The cells 4, 6 and 8 are similar in configuration, but differ in length, and as a consequence only the cells 4 will be described. Each cell 4 has an axis x (FIGS. 4 & 5) about which it is radially symmetrical, that axis being normally perpendicular to the base 2. The cell 4 merges into the cushion base 2 at a cell base 22 (FIGS. 2-5) possessing a square-shaped configuration, with two of its sides being parallel to the transverse rows and the other two being parallel to the longitudinal rows. Each cell 4 further has four fins 24 which extend outwardly from the four corners of the cell base 22 generally parallel to the axis x, and near the opposite end of the cell 4 converge into an end wall 26 which is centered along the axis x. Each fin 24 has parallel side walls 28 which are closely spaced, and the side walls 28 of adjacent fins 24 merge at arcuate connecting segments 30 which are located close to the axis x. The connecting segments 30 at their outer ends merge into the end wall 28 along with the fins 24. At their inner ends, the connecting segments 30 merge into oblique walls 32 which extend downwardly to the margins of the cell base 22, oblique to the axis x as their name implies. The configuration of the cell 4 is more completely described in U.S. Pat. No. 4,541,136. The cells 4 and likewise the cells 6 and 8 may have other configurations as well.
One of the short cells 4 for the zone 10 is provided with a short fill tube 34 (FIG. 1) having a manually operated valve 36 at its end. Likewise one of the intermediate cells 6 has a fill tube 34 and valve 36 and so does one of the long cells 8. Thus, a fill tube 34 and valve 36 exists for each of the zones 10, 12 and 14 and through the valves 36 of the fill tube, the cells 4, 6 and 8 of the zones 10, 12 and 14, respectively, may be inflated. Moreover, by manipulating the valves 36, the volume of air within the zones 10, 12 and 14 may be regulated.
To prepare the cushion for use, the cells 4, 6 and 8 are inflated by pumping air into the fill tubes 34 for the zones 10, 12 and 14 in which they are located and then closing the valves 36 on those tubes 34. As each cell 4, 6 and 8 inflates, its connecting segments 30 move laterally away from center axis x, carrying the fin side walls 28 and the oblique walls 32 outwardly with them. Indeed, the cells 4, 6 and 8 assume a somewhat cubic configuration (FIGS. 6 & 7), with the sides of one cell being against the sides of the cell adjacent to it. Moreover, the lateral expansion of the cells enlarges their end walls 26 so that the end walls 26 for the array of cells 4, 6 and 8 forms a generally continuous supporting surface which for the most part obliterates the voids that exist between the cells 4, 6 and 8 at the base 2.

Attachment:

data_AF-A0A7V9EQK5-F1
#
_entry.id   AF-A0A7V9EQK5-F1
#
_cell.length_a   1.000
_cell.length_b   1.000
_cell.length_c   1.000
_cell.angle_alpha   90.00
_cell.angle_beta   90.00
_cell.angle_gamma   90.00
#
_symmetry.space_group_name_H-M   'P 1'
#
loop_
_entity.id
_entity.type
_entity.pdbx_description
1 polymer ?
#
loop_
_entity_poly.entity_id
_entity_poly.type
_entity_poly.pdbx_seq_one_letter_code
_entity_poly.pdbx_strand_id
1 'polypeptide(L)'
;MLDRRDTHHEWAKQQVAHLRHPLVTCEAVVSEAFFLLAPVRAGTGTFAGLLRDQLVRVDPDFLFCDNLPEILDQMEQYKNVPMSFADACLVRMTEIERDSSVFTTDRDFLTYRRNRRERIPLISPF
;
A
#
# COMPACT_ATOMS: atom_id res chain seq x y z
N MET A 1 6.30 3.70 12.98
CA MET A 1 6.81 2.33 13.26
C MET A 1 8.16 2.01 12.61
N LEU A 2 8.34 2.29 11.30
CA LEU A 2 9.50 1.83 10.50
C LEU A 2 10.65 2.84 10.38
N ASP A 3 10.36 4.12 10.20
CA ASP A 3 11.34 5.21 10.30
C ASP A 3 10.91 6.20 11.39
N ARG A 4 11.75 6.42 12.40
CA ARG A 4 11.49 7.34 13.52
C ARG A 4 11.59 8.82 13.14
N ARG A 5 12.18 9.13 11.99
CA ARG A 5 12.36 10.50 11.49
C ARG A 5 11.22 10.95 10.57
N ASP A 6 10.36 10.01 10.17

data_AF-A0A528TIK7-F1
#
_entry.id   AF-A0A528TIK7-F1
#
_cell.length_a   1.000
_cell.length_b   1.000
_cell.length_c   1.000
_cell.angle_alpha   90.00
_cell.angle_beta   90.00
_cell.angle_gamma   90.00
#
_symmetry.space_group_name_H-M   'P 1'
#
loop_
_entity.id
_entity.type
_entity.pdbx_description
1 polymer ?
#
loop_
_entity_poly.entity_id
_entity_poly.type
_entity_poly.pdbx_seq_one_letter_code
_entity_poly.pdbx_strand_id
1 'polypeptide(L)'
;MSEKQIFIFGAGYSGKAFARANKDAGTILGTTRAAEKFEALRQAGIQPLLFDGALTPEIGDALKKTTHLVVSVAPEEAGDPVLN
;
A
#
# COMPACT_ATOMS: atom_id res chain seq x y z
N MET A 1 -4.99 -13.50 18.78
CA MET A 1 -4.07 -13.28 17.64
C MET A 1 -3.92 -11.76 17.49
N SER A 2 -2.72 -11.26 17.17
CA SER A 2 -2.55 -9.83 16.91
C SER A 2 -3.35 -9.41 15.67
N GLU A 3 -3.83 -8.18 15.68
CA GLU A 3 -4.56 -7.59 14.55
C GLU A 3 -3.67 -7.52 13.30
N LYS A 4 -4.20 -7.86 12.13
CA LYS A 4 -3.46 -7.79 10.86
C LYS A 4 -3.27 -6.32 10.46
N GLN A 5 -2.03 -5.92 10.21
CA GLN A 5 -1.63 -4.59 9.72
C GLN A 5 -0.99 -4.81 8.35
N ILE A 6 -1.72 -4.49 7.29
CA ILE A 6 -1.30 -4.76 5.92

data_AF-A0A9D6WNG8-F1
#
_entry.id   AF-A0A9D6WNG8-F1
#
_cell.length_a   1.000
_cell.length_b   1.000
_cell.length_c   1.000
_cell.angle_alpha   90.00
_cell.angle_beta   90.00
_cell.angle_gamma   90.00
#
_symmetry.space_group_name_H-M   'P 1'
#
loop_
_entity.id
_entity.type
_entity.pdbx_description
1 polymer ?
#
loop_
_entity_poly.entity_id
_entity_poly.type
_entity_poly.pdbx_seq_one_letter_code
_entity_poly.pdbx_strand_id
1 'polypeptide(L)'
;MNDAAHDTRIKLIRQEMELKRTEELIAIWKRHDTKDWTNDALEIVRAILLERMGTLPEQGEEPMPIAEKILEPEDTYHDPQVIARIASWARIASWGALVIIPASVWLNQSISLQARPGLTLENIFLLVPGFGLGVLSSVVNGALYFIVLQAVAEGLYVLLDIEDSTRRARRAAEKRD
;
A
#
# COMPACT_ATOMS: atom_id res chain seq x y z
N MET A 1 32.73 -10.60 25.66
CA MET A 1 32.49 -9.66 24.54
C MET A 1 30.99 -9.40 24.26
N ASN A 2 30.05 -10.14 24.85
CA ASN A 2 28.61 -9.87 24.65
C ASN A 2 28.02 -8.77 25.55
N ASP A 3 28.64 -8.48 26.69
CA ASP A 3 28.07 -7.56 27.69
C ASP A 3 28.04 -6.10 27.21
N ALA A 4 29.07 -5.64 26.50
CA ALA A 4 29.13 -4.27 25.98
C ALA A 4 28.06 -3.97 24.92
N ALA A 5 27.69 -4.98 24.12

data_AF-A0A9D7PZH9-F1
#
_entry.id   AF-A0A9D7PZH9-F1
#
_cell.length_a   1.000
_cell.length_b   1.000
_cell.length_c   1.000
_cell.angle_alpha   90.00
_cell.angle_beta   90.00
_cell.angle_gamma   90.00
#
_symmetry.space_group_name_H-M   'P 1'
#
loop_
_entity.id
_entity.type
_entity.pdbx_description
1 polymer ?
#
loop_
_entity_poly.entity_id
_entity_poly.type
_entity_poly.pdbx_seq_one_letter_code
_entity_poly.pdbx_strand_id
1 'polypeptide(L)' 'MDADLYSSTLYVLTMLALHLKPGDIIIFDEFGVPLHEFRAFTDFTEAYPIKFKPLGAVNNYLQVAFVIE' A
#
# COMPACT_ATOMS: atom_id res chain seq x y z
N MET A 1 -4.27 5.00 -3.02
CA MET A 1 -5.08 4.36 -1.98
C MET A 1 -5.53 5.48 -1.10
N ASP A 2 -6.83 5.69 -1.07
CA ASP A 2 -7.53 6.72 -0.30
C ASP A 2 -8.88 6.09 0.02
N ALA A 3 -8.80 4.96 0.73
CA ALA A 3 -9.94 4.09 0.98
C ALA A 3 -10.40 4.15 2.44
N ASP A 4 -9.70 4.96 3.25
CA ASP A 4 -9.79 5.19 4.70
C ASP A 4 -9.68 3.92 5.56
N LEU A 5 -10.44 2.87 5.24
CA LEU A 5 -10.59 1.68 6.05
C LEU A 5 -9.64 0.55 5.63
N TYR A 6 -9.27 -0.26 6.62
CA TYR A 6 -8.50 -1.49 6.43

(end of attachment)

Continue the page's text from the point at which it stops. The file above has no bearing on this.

To inflate the cushion, one attaches a pump to the valve 36 of each zone 10, 12 and 14, and with the valve 36 open pumps air into the cells of that zone until the cells are slightly overinflated (FIGS. 6 & 7). Then the valve 36 is closed to trap the air within the cells of the zone. Once the cells 4, 6 and 8 of all three zones 10, 12 and 14 are filled, the user sits on the cushion A in the position he or she would be expected to use it. Thereupon the valves 36 for the three zones 10, 12 and 14 are opened so that air escapes slowly. As a result, the user settles into the cushion and his or her weight becomes more uniformly distributed over the area of the body in contact with the cushion. Ideally the user should settle to within about 1/2 to 1 inches of the base 2, at which time the valves 36 are closed. Of course, by manipulating the three valves 36, it is possible to somewhat distribute the supporting load between the three zones 10, 12 and 14 as desired.
Since the cells are arranged in the zones 10, 12 and 14, with the cells 8 of the zone 14 longer than the cells 6 of the adjacent zone 12 which are in turn longer than the cells 4 of the next zone 10, the cushion A is somewhat wedge-shaped. This serves several useful functions, particularly when used as the seating surface for a wheelchair. For example, if the wheelchair occupant is weak and does not have the strength to retain his or herself in the wheelchair, the cushion A should be positioned with the zone 10 of short cells 4 closest to the backrest, and this of course presents the long cells 8 forwardly at the front edge of the seat. As a consequence, the cushion contains the occupant in the wheelchair, for the occupant tends to settle toward the backrest and is not likely to fall forwardly off of the seat. On the other hand, some occupants have enough strength to get into and out of the wheelchair with little assistance, and these occupants generally have the strength to retain themselves on the seat and against the backrest. Even so, lifting off of the seat taxes their energies, but this can be reduced if the cushion A is placed on the wheelchair seat with its long cells 8 adjacent to the back rest and its short cells 4 presented forwardly at the front edge of the seat. Thus, upon leaving-- and also entering the seat the-- the lowest portion of the cushion A, that is the zone 10 of short cells 4, is presented forwardly where it will, insofar as the cushion A is concerned, offer the least resistance.
Some individuals have skeletal deformities or other infirmities which do not accommodate themselves to level seating surfaces. Indeed, these individuals often experience considerable pain and muscle fatigue when seated on such surfaces. The cushion A, by reason of its wedge-shaped configuration and pressure distribution characteristics, may provide a much more comfortable seating surface for such individuals. With these individuals, the zone 10 of shortest cells 4 should usually be to one side or the other so that the cushion A slopes laterally.